I can remember my own grade school experience like it was yesterday. I would run the block-and-a-half from school to home, access the key my parents kept under the mat for us, let myself in, drop my messenger-style book bag on the floor, and go to the kitchen for some cookies and juice – a quick sugar rush before taking out my homework and zooming through it in 10 minutes flat. And then that welcome moment of freedom would wash over me – no more pencils, no more books…the afternoon was mine! I could do as I pleased, and that meant getting OUTSIDE where all the children were. There were 55 children on my block, and we all relished the time we had together outside where we figured out the world through the games we played and the adventures we created.. As I remember it, the afternoon was at least as long as the school day. There was a kind of balance to life – work and play each had their rightful place, with neither overpowering the other.
As we all know, those days are over! Schedules and “stranger danger” have done their part to erode that freedom, but perhaps the biggest culprit of all is the dreaded screen! Current statistics suggest that children spend between 5-7 hours a day in front of a screen, leaving little room for fresh air and the great outdoors. The vast majority of American children spend as few as 30 minutes outdoors each day. The physical benefits of outdoor play are well established. According to the National Wildlife Federation “Be Out There” campaign, outdoor play is necessary for the development of a healthy mind, body and spirit. (Read more here: http://www.nwf.org/be-out-there/why-be-out-there/health-benefits.aspx
The statistics related to childhood obesity and the rise in pediatric prescriptions for antidepressants and ADHD are, quite frankly, frightening. A recent NPR article about new research out of the University of California suggests that all of this screen time is resulting in our children’s inability to accurately read human emotions. (Read more here: http://www.npr.org/blogs/ed/2014/08/28/343735856/kids-and-screen-time-what-does-the-research-say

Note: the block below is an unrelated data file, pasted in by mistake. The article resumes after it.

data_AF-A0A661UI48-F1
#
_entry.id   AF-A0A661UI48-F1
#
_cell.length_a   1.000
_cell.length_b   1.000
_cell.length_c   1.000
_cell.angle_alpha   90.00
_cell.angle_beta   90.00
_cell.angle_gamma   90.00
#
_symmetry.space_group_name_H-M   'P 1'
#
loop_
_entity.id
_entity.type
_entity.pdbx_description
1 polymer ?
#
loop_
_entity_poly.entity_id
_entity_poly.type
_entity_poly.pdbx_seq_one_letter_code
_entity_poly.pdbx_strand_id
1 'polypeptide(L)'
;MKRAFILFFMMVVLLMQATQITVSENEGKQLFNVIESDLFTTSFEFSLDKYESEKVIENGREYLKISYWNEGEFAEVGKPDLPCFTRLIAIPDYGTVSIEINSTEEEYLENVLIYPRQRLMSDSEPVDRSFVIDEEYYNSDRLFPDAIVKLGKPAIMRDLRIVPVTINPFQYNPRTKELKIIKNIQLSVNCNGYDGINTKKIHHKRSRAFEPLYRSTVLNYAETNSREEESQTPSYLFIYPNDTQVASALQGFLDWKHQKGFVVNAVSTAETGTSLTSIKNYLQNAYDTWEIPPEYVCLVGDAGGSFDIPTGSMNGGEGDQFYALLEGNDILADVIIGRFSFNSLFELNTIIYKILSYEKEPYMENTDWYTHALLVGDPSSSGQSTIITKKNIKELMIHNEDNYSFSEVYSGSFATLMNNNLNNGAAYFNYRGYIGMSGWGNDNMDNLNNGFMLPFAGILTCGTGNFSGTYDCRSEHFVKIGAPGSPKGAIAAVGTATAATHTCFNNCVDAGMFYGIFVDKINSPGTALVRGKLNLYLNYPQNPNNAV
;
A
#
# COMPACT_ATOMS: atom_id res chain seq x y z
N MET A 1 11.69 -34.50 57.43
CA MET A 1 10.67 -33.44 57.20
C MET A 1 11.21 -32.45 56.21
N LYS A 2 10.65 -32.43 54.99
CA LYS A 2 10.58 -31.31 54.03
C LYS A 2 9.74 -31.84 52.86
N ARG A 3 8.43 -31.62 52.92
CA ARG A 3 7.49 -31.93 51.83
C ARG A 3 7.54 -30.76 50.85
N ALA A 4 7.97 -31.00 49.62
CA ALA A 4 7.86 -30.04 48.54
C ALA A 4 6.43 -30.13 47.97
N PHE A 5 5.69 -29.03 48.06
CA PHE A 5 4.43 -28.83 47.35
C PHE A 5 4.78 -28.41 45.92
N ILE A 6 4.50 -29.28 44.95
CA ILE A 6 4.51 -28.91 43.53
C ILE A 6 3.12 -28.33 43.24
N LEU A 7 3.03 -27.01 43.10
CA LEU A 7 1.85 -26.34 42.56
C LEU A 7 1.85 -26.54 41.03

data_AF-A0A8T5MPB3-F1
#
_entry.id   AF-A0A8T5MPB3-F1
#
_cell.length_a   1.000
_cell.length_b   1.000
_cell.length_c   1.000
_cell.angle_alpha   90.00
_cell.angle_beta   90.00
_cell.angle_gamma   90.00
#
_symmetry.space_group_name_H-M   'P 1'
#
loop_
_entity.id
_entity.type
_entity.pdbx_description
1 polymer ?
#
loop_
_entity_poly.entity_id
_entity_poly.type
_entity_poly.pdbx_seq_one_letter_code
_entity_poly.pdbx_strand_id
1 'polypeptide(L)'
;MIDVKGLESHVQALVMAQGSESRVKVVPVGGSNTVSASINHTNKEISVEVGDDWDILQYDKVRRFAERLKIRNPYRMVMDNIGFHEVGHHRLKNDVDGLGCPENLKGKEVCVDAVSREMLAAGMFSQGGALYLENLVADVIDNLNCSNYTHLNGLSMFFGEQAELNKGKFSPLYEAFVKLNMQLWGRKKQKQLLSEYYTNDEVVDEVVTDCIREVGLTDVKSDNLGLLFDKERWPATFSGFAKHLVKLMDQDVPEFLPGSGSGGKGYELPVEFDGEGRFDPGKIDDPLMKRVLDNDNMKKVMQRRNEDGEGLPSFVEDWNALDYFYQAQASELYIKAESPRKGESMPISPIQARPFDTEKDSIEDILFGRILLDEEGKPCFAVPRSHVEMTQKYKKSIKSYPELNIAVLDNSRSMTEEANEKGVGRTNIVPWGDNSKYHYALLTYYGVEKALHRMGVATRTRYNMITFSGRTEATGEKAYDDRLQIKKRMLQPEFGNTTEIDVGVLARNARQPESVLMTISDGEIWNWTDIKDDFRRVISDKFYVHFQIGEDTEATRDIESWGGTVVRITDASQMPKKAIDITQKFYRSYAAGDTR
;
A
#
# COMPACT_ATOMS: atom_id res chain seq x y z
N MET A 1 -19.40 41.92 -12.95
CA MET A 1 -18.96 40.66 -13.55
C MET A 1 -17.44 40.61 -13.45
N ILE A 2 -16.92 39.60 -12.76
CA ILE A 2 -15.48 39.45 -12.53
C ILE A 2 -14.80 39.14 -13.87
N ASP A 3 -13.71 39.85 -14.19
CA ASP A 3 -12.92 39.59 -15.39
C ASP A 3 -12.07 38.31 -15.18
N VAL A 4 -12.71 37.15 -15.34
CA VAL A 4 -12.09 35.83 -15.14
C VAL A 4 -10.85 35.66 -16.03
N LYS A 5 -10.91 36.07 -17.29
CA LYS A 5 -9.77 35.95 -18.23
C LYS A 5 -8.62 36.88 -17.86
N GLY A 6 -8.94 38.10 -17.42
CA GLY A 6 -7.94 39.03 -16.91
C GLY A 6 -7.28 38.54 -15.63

). In short, we are growing more disconnected from one another and are becoming more isolated and sedentary.
Our shared faculty summer read, Last Child in the Woods, by Richard Louv, gave all of us a lot to think about in terms of getting children out in nature as much as possible and reaffirmed our commitment to outdoor play at All Saints. Unless the weather is dangerously cold, we will be getting children outdoors for recess each and every day. All parents are asked to do their part and to make sure their children are dressed appropriately for the weather. Good, sturdy shoes are an absolute must – children need to be able to run and climb without danger of falling as a result of inappropriate footwear.
Our summer retreat focused on the role nature plays in education, and through our work together, faculty and admin have come up with a number of nature-related initiatives that will be piloted this year. I know the teachers are eager to share some of the ways in which they hope to strengthen this aspect of our program. In the meantime, please watch this 16-minute video about the benefits of natural play in the great outdoors, and be inspired to consider ways your family might be more intentional about making sure our children’s lives are healthy and balanced: https://www.youtube.com/watch?v=wsIYWEodnz0